Empty Haunts: Our Review of ‘A Ghost Story’

Posted in Movies, Theatrical by - July 21, 2017
Empty Haunts: Our Review of ‘A Ghost Story’

Haunting, surely, but A Ghost Story is only scary if you’re easily prone to wondering about how infinitesimally small your existence within the universe really is. The existential meets the intimate in this quiet indie story that ponders meaning of life from the perspective of someone who just lost his.

A young attractive couples occupies a small house in sort of any-town USA. We know little about them: named only with the initials C (Casey Affleck) and M (Rooney Mara), they’re romantic, they sometimes hear noises in the house at night, and they have discussed the prospect of moving.

Then, off camera, C gets into a car accident and dies. He awakens, sort of, and in this afterlife he is apparently tasked with finding some peace, somehow, someway, for whatever reason. What’s more, he is wearing a white bed sheet with a couple of eyeholes cut out.

It’s that image that propels the film, one that isn’t frightening but at times unnerving. It’s funny but also sad. It’s virtually lifeless and motionless, and yet seemingly full of emotion. It is a stunning visual, one that allows the viewer to project emotions, cast thoughts, and stare straight into the deceased’s soul.

But because we know so little about these two, because there is such little dialogue, A Ghost Story is a contemplative offering without direction or its own purpose. It’s a slow burn, which includes a lengthy scene of a M grieving with a homemade pie; she eats the entire thing in the uncut shot, while ghostly C stands in the background and looks on.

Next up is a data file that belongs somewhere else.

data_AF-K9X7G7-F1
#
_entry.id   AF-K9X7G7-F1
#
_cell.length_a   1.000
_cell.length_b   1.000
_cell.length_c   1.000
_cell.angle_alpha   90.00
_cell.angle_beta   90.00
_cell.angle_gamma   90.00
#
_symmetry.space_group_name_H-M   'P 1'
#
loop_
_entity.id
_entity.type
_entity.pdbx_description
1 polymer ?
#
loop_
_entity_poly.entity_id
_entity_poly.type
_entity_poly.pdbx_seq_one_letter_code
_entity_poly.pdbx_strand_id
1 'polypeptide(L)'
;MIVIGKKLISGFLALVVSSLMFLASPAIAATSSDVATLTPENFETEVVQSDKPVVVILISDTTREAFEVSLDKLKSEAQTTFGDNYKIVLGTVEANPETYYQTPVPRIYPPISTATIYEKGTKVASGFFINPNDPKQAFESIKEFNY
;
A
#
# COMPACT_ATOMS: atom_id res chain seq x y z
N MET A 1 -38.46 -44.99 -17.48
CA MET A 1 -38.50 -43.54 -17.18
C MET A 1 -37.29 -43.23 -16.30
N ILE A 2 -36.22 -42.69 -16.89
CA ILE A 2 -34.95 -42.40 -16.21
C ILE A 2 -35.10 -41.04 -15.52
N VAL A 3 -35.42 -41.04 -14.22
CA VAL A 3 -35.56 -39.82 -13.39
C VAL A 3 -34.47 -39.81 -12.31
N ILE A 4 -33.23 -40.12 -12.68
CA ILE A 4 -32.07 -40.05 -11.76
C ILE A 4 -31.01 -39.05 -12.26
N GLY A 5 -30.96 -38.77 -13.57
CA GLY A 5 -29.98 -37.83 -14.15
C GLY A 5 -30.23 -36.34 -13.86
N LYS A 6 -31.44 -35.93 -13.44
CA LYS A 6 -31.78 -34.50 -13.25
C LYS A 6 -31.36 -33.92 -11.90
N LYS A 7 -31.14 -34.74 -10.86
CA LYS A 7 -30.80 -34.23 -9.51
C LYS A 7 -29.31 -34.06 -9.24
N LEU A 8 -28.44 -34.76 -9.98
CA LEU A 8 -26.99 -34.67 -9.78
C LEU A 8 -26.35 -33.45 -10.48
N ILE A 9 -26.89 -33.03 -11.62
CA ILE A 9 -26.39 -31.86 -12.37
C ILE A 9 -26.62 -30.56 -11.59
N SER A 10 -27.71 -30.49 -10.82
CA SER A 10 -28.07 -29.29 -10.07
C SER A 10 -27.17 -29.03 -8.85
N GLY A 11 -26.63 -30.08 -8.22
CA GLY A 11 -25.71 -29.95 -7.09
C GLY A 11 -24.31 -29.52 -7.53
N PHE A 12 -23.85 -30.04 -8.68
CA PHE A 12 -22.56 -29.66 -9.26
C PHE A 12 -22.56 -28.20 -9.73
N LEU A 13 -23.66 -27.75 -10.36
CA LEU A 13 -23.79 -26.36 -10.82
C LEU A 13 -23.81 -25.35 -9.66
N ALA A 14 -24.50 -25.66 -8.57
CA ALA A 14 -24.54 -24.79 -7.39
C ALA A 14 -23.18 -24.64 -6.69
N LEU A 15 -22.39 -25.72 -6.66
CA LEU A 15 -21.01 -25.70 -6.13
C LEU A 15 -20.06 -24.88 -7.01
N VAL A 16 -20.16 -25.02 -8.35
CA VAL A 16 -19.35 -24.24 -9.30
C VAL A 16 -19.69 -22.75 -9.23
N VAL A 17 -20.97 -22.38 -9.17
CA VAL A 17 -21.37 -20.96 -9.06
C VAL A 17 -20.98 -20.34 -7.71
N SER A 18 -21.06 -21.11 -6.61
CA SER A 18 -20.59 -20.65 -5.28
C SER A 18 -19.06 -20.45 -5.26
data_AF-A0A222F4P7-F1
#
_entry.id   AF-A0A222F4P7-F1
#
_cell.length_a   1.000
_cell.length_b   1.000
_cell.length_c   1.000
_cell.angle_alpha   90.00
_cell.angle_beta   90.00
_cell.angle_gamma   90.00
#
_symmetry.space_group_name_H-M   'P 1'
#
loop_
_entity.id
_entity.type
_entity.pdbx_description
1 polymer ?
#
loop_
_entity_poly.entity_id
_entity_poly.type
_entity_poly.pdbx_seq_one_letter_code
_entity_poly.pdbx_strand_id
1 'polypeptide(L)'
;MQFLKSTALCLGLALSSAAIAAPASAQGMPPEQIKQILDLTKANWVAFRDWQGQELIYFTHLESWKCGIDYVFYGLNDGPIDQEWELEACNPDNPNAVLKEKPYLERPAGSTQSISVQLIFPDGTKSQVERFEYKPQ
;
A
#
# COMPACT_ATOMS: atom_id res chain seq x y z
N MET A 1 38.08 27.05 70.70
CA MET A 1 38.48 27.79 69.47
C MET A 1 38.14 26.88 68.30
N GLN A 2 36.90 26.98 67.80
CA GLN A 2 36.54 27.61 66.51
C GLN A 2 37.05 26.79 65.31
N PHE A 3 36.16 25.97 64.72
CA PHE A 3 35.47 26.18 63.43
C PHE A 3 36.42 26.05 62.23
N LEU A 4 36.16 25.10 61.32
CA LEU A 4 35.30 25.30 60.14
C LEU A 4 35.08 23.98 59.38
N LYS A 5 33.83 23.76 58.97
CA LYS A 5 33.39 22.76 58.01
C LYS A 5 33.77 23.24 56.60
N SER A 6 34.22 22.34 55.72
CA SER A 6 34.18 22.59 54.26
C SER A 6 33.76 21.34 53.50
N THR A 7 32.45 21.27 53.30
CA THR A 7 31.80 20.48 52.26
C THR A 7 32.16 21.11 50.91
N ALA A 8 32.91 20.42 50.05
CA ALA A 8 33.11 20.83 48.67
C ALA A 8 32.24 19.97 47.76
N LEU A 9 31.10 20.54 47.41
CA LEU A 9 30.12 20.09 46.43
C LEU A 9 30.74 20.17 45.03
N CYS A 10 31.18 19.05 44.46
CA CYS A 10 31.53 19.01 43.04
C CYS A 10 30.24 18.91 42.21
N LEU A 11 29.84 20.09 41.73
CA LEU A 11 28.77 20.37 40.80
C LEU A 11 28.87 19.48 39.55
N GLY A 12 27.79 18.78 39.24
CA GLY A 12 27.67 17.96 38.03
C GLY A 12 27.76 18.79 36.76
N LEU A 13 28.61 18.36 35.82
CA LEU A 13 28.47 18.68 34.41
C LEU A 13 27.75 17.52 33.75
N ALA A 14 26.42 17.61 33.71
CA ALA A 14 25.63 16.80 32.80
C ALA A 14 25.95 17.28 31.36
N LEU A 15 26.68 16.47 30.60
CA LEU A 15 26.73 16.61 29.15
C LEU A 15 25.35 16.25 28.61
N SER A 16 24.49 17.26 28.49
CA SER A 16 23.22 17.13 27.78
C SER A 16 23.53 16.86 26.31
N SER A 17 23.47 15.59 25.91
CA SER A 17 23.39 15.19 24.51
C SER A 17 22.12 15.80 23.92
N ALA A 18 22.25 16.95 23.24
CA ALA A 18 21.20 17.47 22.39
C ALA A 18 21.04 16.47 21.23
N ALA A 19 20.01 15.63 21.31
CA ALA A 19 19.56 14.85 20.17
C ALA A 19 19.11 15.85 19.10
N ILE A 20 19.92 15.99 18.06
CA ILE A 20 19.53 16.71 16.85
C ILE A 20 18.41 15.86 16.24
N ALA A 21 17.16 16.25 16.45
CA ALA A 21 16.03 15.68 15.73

At 90 minutes, the lengthy meditation is interrupted by a monologue that posits a nihilistic view of life. It’s from a party-goer that is now at the house. That’s because time passes C (and the audience) so quickly – M has moved on, a family has moved in and out of the house, and soon these kids will be gone too.

C also happens upon another sheeted spectral searching for his or her own comfort. It may not be easy for either of them, and it’s not particularly easy for the audience. A Ghost Story is imaginatively brought to the screen, but there is little meaning, and not much more than a sheet to engage. It feels more an episode of The Twilight Zone than a feature film as the premise – a spirit seeking solace in the afterlife – is simple, straightforward, and not especially explored. It is a film that requires the viewer to add more to it; it’s not a puzzle to put together, but a raw idea that needs more growth.

While the last ten minutes or so is stirring and fascinating, it takes far too long to get there in a film that doesn’t do enough to make you care about the characters, or dabble in a theme that isn’t as compelling as it should be.

This post was written by

Anthony is a lover of a good story in any form, on any subject. Tirelessly navigating filmdom, he is equal parts an unbridled idealist and stubborn curmudgeon, trying to strike a balance between head and heart when it comes to pop culture. He pens stories about television, music, the environment, lifestyles, and all things noteworthy and peculiar.